If your a Yes fan you will listen to this album just because its YES, that being said enjoy it for what it is if you’re looking for a classic then I believe that lies in the listeners ears….
Kevin, yesterday I made the statement that you will probably never hear the songs from Heaven and Earth again after this tour which, I said, was the same for songs from The Ladder, Magnification and Open Your Eyes.
I was thinking about that and wondered if what I said was actually true – were songs from those albums played again after their respective tours? So, using the excellent Forgotten Yesterday’s website, I did some research and yes, that is in fact true for songs on those albums – they have never been played again after the tours immediately following their release.
I then decided to look at the songs from albums further back in time. In reverse order:
1997 Keys to Ascension – Mind Drive was last played in 2004 (but was not actually played on the 1997 tour)
1991 Union – Masquerade was played once or twice in 2009/2010
1987 Big Generator – Rhythm of Love was played regularly up to 2004
1984 90125 – Owner of A Lonely Heart is still played regularly today
1980 Drama – Machine Messiah & Tempus Fugitive were played from 2008 – 2013 (the band had to wait for JA to leave first!)
1978 Tormato – Don’t kill the Whale was played in 2003/4
Which takes us back to the songs from Going For The One which, of course, have all been played on the recent Three Albums Tour.
While a similar scenario may well be true for other bands too the inevitable conclusion is, if you want to hear a new yessong live catch it while it’s hot!
Thanks for your impromptu research. It seems that Yes is as attached to their “Golden Era” material as we are. Still, I like to hear new material from a band when they tour rather than attending a greatest hits show. I find it odd that thay appear to be taking only one or two new songs out on the road with them rather than the usual three or four.
Actually “In The Presence of…” from Magnification was played again in 2003.
I knew I would miss at least one 🙂
I believe we all tend to “imprint” on particular albums from our favorite bands. Each new release is judged against them. Sometimes fairly and sometimes unfairly. I must admit that I have had trouble embracing newer Yes material. And yet I want to continue to see them produce new stuff.
Such is the eternal contradiction of being a fan!! Great comment, Chris.
Having read several comments here and several, mostly scathing reviews, it seems I’m going to buck the trend. I’m really enjoying Heaven and Earth and I am very firmly a “main sequence” fan. What is perhaps more surprising is that after half a dozen listens I’m less enamored by the proggier tracks, despite initially being more drawn towards them.
Example – Subway Walls might have different sections but they don’t appear to fit together naturally in the way classic yes prog does. The driving odd time signature section under the Hammond and guitar solos is the sort of thing I expect from a modern wannabe prog band and I don’t necessarily dislike that, but Yes has always been above that – odd time signatures have always seemed to have arisen naturally as a necessity of the melody rather than being laid down and having a solo or something forced on top. And those two solos are, I’m sorry to say, really poor. Both Geoff and Steve sound like they are just widdling away over the top without any real thought to construction (with one exception where Steve does make a reference to one of the song’s themes). On the other hand, after the solos are out of the way, the song finally does come alive.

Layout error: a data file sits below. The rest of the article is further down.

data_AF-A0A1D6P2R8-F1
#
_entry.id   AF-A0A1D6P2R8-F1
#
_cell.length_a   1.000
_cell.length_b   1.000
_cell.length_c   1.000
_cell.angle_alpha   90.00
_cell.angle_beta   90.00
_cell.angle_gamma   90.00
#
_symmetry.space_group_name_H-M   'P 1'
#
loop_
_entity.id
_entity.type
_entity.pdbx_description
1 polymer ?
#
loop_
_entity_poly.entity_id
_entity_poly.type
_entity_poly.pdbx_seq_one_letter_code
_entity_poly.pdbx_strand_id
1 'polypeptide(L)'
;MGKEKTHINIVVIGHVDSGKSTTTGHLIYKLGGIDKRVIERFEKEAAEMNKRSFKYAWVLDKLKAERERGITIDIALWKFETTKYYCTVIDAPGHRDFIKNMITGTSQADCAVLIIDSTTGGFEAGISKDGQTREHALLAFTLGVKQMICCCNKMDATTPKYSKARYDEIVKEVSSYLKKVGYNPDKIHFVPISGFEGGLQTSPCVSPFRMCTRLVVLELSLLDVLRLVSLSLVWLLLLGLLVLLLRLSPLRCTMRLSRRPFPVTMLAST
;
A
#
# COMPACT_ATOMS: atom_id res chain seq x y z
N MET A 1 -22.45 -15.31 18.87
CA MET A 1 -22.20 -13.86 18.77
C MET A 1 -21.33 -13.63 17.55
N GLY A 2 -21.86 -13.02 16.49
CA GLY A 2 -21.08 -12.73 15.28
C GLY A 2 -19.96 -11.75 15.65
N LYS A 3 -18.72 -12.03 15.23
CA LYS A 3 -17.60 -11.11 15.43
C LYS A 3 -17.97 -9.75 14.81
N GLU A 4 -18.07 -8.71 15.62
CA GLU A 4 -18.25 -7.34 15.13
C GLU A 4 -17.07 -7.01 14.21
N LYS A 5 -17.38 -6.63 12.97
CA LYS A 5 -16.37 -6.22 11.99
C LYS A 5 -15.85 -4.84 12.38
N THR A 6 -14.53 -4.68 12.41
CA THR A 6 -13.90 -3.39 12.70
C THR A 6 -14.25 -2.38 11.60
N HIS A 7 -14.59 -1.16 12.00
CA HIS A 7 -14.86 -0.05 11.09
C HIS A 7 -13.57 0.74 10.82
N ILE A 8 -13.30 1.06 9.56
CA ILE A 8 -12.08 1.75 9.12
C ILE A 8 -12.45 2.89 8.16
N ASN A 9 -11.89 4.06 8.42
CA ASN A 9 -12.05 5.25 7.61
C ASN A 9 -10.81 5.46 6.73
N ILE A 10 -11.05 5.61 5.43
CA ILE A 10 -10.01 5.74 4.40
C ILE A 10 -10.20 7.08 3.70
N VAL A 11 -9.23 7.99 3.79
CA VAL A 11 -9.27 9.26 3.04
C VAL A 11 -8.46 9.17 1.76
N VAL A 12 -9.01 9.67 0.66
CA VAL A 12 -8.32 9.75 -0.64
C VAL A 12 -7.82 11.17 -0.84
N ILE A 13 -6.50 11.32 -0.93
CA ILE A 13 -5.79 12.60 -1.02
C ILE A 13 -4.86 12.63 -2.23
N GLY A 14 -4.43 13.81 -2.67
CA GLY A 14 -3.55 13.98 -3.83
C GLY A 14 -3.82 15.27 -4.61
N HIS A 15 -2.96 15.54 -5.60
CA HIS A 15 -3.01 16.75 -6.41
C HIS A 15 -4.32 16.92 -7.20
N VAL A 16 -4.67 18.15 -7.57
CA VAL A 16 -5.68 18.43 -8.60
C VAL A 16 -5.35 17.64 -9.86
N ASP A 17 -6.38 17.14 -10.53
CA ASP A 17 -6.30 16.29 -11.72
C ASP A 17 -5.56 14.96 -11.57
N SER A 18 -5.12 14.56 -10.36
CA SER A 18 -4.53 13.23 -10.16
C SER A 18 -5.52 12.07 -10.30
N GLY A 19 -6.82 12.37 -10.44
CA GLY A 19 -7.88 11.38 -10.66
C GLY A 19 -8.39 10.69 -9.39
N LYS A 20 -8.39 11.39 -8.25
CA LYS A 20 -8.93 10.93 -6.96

But what about the less proggy tracks? Much better quality (I’m surprising myself here) Whereas Subway Walls sounds a bit like Yes trying to do a bit of prog by numbers, these sound much more like songs that wanted to be written (even if the lyrics are rather dubious at times). It’s disappointing that they are mainly in 4/4 with four bar patterns, one chord per bar, but some of the best songs ever written and recorded are no more than that.
These tracks are not prog, but they are definitely Yes music. They are uplifting and positive. I cannot imagine them being by anyone other than Yes.Turned up loud in the car whilst driving in the sunshine they make me feel GOOD.
To many, Beethoven was the master of the Symphony, but that does not mean that his piano sonatas or string quartets aren’t worthy of praise.
Good man, Tim. All we can do is listen and use our own judgement. I see what you mean about the ‘proggier’ tracks and it does worry me when Downes definitely sets out to create a ‘prog’ number based on his knowledge of the genre, rather than the members of Yes just creating what they felt led to do in the 70s. Having said that, I do enjoy Subway Walls.
Apart from a couple, I really enjoy listening to the whole album and like you I do find them uplifting. Perhaps it’s time to stop pretending that there’s life in the traditional prog genre and just go with whatever you feel you should create…